WASHINGTON – Nearly 900 federal inmates in Kentucky and Ohio convicted of dealing crack cocaine are now eligible for shortened sentences,and another 70 qualify for immediate release.
After a six-month review,the U.S. Sentencing Commission decided to lower the recommended sentences for crack cocaine dealers and also voted unanimously to apply the new guidelines retroactively.
The commission's decision followed Monday's Supreme Court decision granting judges leeway in determining sentences in crack and powdered cocaine cases.
The commission's decision could affect roughly 19,000 prisoners nationwide,about 10 percent of those incarcerated in the federal prison system.
About 2,500 of those prisoners who have already served the bulk of their sentences could be released as early as March. The others can apply for reduced sentences starting then but would still have time to serve.
Ohio and Kentucky have much lower numbers than states such as Virginia and Florida,which together account for roughly 11 percent of crack-cocaine crimes. Ohio has 620 eligible inmates and Kentucky has 229.
The change is “intended as a step toward reducing some of the unwarranted disparity,” according to a statement released by the commission,that was created in 1985 when national sentencing policy was developed for the federal courts.
And while the Justice Department warned against releasing thousands of potentially violent offenders,a spokesman for the commission said that only a fraction of inmates could leave any time soon. The majority of the 19,000 offenders will be released over the next 30 years,although more than half – about 11,000 – could be freed in the next five years.
Steve Nolder,federal public defender for the Southern District of Ohio,said that officials would meet before the new guidelines take effect in March to devise an effective way to file for shorter sentencing to avoid a “tidal wave effect.”
“We don't want to overwhelm the courts,” Nolder said.
His district – representing Cincinnati,Dayton and Columbus – has 224 inmates eligible under the new guidelines. But only 13 of those prisoners could be released immediately when the guidelines take effect March 3.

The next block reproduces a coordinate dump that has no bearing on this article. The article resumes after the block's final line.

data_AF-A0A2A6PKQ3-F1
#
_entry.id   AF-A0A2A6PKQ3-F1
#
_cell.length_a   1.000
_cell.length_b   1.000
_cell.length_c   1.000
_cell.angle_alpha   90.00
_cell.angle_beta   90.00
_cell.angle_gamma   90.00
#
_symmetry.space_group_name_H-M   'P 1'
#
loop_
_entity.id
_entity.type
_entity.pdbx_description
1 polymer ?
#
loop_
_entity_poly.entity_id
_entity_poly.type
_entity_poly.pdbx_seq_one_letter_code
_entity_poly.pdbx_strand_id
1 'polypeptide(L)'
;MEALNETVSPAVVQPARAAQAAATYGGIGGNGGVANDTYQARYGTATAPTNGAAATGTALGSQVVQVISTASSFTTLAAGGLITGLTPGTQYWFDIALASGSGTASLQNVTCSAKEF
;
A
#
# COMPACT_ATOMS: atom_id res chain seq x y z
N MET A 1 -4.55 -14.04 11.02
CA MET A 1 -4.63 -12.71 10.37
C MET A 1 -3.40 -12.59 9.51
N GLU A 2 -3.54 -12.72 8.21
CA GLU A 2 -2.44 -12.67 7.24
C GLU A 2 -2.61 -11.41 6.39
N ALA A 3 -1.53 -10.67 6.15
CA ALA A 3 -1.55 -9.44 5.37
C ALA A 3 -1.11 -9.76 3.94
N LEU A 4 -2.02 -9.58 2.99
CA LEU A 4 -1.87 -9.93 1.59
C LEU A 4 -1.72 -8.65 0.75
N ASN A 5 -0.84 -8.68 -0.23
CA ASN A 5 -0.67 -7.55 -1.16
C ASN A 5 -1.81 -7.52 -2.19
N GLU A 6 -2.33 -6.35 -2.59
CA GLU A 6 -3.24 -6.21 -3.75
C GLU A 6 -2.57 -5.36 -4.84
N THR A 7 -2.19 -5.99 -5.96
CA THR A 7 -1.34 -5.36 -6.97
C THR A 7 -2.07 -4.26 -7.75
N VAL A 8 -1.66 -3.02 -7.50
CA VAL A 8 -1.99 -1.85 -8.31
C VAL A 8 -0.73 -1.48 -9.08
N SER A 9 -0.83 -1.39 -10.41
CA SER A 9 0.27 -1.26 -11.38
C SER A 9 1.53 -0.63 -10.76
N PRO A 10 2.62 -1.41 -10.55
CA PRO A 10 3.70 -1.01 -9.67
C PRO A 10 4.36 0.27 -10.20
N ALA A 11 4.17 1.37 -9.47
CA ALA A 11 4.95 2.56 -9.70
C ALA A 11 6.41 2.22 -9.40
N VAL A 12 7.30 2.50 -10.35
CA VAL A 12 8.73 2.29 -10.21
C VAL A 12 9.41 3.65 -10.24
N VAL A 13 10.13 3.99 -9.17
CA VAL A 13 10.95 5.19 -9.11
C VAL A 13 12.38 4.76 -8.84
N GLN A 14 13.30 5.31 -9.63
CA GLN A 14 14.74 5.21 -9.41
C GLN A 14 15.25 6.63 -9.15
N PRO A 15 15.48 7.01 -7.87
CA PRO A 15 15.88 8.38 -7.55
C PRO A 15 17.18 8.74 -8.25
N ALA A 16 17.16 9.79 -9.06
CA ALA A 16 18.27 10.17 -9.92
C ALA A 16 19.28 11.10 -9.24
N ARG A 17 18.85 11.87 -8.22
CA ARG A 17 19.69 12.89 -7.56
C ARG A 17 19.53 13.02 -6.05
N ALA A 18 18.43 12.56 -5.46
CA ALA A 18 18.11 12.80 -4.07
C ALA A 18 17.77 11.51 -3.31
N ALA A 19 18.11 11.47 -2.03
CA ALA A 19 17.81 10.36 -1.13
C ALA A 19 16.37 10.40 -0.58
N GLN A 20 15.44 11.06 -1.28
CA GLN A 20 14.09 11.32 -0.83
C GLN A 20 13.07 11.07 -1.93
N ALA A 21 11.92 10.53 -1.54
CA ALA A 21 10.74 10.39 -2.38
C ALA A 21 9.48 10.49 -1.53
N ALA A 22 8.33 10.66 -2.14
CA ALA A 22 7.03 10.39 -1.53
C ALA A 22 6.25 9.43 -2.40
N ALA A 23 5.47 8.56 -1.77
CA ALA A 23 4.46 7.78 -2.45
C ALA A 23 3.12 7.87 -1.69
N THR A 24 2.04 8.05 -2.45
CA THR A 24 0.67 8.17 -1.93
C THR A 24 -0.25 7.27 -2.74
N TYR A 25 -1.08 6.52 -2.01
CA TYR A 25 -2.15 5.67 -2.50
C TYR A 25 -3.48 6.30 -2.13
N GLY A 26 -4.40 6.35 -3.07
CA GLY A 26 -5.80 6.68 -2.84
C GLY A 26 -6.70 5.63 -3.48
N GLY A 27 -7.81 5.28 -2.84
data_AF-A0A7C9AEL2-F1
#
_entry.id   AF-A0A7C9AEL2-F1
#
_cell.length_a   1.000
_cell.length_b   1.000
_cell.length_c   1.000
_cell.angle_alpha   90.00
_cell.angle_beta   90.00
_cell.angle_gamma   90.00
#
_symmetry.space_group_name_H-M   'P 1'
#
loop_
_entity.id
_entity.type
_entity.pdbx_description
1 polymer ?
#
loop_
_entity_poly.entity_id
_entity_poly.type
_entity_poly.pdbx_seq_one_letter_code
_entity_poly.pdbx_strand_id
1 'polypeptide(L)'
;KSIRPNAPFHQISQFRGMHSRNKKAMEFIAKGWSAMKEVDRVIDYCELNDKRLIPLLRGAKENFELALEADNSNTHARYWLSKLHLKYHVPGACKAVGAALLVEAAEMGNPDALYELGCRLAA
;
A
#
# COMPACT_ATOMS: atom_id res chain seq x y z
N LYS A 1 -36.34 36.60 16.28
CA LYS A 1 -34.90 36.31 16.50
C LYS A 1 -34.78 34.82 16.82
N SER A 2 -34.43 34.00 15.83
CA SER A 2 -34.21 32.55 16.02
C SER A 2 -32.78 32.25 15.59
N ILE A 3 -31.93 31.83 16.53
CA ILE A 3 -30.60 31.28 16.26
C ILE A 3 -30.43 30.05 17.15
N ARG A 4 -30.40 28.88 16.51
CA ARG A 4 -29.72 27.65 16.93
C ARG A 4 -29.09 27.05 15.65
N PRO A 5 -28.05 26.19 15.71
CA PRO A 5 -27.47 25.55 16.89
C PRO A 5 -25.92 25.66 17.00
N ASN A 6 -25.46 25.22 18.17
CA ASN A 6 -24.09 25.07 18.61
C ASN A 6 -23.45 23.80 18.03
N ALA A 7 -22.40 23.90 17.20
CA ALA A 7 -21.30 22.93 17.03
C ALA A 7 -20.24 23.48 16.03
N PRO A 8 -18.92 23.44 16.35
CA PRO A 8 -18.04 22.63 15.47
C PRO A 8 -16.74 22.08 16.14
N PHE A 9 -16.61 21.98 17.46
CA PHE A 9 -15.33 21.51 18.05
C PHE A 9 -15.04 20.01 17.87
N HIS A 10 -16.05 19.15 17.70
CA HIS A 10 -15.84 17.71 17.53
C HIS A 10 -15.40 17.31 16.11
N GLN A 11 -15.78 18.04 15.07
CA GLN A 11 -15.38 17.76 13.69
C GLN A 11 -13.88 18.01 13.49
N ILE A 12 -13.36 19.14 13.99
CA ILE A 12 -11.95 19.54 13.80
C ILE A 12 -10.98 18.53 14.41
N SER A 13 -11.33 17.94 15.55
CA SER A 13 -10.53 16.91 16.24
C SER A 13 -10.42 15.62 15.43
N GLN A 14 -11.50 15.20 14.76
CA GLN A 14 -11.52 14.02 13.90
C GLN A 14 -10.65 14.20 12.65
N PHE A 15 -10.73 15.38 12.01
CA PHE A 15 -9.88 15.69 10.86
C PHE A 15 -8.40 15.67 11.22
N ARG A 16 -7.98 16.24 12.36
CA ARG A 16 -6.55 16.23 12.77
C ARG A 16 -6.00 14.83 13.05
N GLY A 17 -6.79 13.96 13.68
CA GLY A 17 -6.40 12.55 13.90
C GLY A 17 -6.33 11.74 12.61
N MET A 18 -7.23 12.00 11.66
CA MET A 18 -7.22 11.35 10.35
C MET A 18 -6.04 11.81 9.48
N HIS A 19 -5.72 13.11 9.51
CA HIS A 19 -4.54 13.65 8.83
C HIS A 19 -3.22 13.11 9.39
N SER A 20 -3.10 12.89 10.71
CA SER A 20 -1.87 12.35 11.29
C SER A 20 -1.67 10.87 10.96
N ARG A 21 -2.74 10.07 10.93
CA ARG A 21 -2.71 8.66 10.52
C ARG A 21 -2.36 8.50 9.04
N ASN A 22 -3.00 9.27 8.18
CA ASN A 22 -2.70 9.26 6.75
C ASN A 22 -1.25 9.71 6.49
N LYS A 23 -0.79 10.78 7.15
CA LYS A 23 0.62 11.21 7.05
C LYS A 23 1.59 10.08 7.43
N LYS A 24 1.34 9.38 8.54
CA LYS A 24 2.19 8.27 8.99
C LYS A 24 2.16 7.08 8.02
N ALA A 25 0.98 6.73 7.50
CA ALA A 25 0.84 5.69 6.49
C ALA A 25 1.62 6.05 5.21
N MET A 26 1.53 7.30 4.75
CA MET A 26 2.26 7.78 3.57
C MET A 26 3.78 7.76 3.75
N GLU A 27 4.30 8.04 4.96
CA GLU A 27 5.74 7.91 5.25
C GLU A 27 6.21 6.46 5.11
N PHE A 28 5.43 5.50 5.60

The Northern District of Ohio had the 12th highest number of eligible inmates nationally,396,with 48 eligible for immediate release. Both Kentucky federal judicial districts were in the bottom half.
Eastern Kentucky,which includes Northern Kentucky,had 127 eligible prisoners,17 of who qualify for immediate release.
Western Kentucky reported 102,with three prisoners eligible for release in March,according to the Sentencing Commission.
“The numbers do not reflect the specific case facts for the individual defendants eligible for reduced sentences and thus early release,” said David Huber,U.S. Attorney for Western District of Kentucky,and Amul Thapar,U.S. Attorney for the Eastern District of Kentucky,in a joint statement.
“Drug offenders as a group are among the most violent and dangerous offenders sentenced by the Kentucky federal courts,” the statement said.
Spokesmen for Kentucky Attorney General Greg Stumbo and Ohio Attorney General Marc Dann would not comment on the new guidelines or the possibility of early release for inmates because it was a federal decision. Neither of the U.S. attorneys in Ohio returned calls seeking comment.
Laws adopted during the crack boom in the late 1980s stipulated that even first-time offenders convicted of dealing 5 grams of crack cocaine or more earned an automatic five-year sentence. A defendant would have had to possess 500 grams of cocaine to merit a comparable sentence. Crack was considered more addictive and associated with more violent crime.
But groups such as the American Civil Liberties Union saw what they said was racially motivated legislation lead to greater disparities and lengthier sentencing for minorities. Even now,86 percent of eligible prisoners are black,and 8 percent are Hispanic. The commission's new guidelines try to lessen those distinctions.
“It's the right thing to do,” said Jeff Gamso,Ohio ACLU legal director. “The distinction between crack and powder cocaine was always a false distinction.”
If an Ohio Senate bill passes,however,the new guidelines might not matter. A measure sponsored by state Sen. Ray. Miller,D-Columbus,would erase sentencing differences between crack and powder cocaine cases,though it would use existing minimums for crack cases to decide sentencing.
“We're moving in the opposite direction,” said Amy Borror,public information officer for the Ohio Public Defender's office.